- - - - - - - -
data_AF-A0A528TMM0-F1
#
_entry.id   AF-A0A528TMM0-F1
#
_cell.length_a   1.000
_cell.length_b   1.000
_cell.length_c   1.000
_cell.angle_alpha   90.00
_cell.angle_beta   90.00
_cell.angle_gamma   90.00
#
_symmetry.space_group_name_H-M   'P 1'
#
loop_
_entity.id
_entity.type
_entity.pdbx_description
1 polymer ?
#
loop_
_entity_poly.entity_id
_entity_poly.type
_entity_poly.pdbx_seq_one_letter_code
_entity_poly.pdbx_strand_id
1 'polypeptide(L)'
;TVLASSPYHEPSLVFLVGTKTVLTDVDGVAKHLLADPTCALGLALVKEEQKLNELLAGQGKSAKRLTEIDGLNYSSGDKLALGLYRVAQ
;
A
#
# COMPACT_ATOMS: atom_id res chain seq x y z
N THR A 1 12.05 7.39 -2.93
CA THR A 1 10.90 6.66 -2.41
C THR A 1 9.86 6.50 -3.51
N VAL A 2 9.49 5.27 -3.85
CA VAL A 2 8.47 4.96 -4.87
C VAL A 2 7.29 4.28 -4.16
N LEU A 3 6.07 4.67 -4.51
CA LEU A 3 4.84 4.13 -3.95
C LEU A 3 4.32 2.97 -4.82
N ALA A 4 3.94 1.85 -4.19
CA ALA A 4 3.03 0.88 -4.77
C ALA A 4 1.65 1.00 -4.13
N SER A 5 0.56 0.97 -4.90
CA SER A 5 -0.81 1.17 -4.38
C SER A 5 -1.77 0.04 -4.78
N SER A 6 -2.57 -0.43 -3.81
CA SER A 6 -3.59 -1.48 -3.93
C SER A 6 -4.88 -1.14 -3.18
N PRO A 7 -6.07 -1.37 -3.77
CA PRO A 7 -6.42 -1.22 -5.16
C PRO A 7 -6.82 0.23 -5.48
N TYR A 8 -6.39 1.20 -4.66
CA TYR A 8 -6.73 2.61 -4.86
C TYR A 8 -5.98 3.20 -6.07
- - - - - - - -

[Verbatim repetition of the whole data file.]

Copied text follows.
data_AF-A0A528TMM0-F1
#
_entry.id   AF-A0A528TMM0-F1
#
_cell.length_a   1.000
_cell.length_b   1.000
_cell.length_c   1.000
_cell.angle_alpha   90.00
_cell.angle_beta   90.00
_cell.angle_gamma   90.00
#
_symmetry.space_group_name_H-M   'P 1'
#
loop_
_entity.id
_entity.type
_entity.pdbx_description
1 polymer ?
#
loop_
_entity_poly.entity_id
_entity_poly.type
_entity_poly.pdbx_seq_one_letter_code
_entity_poly.pdbx_strand_id
1 'polypeptide(L)'
;TVLASSPYHEPSLVFLVGTKTVLTDVDGVAKHLLADPTCALGLALVKEEQKLNELLAGQGKSAKRLTEIDGLNYSSGDKLALGLYRVAQ
;
A
#
# COMPACT_ATOMS: atom_id res chain seq x y z
N THR A 1 12.05 7.39 -2.93
CA THR A 1 10.90 6.66 -2.41
C THR A 1 9.86 6.50 -3.51
N VAL A 2 9.49 5.27 -3.85
CA VAL A 2 8.47 4.96 -4.87
C VAL A 2 7.29 4.28 -4.16
N LEU A 3 6.07 4.67 -4.51
CA LEU A 3 4.84 4.13 -3.95
C LEU A 3 4.32 2.97 -4.82
N ALA A 4 3.94 1.85 -4.19
CA ALA A 4 3.03 0.88 -4.77
C ALA A 4 1.65 1.00 -4.13
N SER A 5 0.56 0.97 -4.90
CA SER A 5 -0.81 1.17 -4.38
C SER A 5 -1.77 0.04 -4.78
N SER A 6 -2.57 -0.43 -3.81
CA SER A 6 -3.59 -1.48 -3.93
C SER A 6 -4.88 -1.14 -3.18
N PRO A 7 -6.07 -1.37 -3.77
CA PRO A 7 -6.42 -1.22 -5.16
C PRO A 7 -6.82 0.23 -5.48
N TYR A 8 -6.39 1.20 -4.66
CA TYR A 8 -6.73 2.61 -4.86
C TYR A 8 -5.98 3.20 -6.07